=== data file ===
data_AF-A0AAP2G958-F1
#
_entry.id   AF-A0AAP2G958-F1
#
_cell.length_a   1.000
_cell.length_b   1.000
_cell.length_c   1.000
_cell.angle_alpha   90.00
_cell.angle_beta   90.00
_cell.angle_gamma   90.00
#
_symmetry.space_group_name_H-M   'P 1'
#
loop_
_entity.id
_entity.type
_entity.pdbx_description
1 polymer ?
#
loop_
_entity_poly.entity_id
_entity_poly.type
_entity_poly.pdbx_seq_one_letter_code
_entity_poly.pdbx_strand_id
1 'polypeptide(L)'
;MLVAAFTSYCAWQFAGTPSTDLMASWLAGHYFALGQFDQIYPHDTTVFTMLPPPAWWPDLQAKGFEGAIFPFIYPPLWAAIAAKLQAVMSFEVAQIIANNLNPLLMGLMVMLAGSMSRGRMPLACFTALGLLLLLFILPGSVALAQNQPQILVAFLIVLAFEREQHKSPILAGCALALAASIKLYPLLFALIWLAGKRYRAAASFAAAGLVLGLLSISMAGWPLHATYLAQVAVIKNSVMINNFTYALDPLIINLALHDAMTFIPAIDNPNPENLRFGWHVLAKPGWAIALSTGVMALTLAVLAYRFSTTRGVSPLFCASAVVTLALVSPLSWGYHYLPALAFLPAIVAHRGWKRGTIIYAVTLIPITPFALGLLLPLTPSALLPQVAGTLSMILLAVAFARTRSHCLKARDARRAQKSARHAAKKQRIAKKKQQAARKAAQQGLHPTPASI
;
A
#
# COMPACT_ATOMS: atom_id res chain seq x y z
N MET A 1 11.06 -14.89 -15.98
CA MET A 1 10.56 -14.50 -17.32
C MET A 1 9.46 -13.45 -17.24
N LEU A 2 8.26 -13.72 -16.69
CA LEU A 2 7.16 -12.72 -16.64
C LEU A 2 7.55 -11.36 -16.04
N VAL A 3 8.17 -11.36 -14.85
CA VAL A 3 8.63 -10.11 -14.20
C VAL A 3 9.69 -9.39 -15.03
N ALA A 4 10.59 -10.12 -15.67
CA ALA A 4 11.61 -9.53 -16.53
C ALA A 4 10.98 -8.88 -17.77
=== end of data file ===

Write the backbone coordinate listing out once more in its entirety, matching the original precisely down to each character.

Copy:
data_AF-A0AAP2G958-F1
#
_entry.id   AF-A0AAP2G958-F1
#
_cell.length_a   1.000
_cell.length_b   1.000
_cell.length_c   1.000
_cell.angle_alpha   90.00
_cell.angle_beta   90.00
_cell.angle_gamma   90.00
#
_symmetry.space_group_name_H-M   'P 1'
#
loop_
_entity.id
_entity.type
_entity.pdbx_description
1 polymer ?
#
loop_
_entity_poly.entity_id
_entity_poly.type
_entity_poly.pdbx_seq_one_letter_code
_entity_poly.pdbx_strand_id
1 'polypeptide(L)'
;MLVAAFTSYCAWQFAGTPSTDLMASWLAGHYFALGQFDQIYPHDTTVFTMLPPPAWWPDLQAKGFEGAIFPFIYPPLWAAIAAKLQAVMSFEVAQIIANNLNPLLMGLMVMLAGSMSRGRMPLACFTALGLLLLLFILPGSVALAQNQPQILVAFLIVLAFEREQHKSPILAGCALALAASIKLYPLLFALIWLAGKRYRAAASFAAAGLVLGLLSISMAGWPLHATYLAQVAVIKNSVMINNFTYALDPLIINLALHDAMTFIPAIDNPNPENLRFGWHVLAKPGWAIALSTGVMALTLAVLAYRFSTTRGVSPLFCASAVVTLALVSPLSWGYHYLPALAFLPAIVAHRGWKRGTIIYAVTLIPITPFALGLLLPLTPSALLPQVAGTLSMILLAVAFARTRSHCLKARDARRAQKSARHAAKKQRIAKKKQQAARKAAQQGLHPTPASI
;
A
#
# COMPACT_ATOMS: atom_id res chain seq x y z
N MET A 1 11.06 -14.89 -15.98
CA MET A 1 10.56 -14.50 -17.32
C MET A 1 9.46 -13.45 -17.24
N LEU A 2 8.26 -13.72 -16.69
CA LEU A 2 7.16 -12.72 -16.64
C LEU A 2 7.55 -11.36 -16.04
N VAL A 3 8.17 -11.36 -14.85
CA VAL A 3 8.63 -10.11 -14.20
C VAL A 3 9.69 -9.39 -15.03
N ALA A 4 10.59 -10.12 -15.67
CA ALA A 4 11.61 -9.53 -16.53
C ALA A 4 10.98 -8.88 -17.77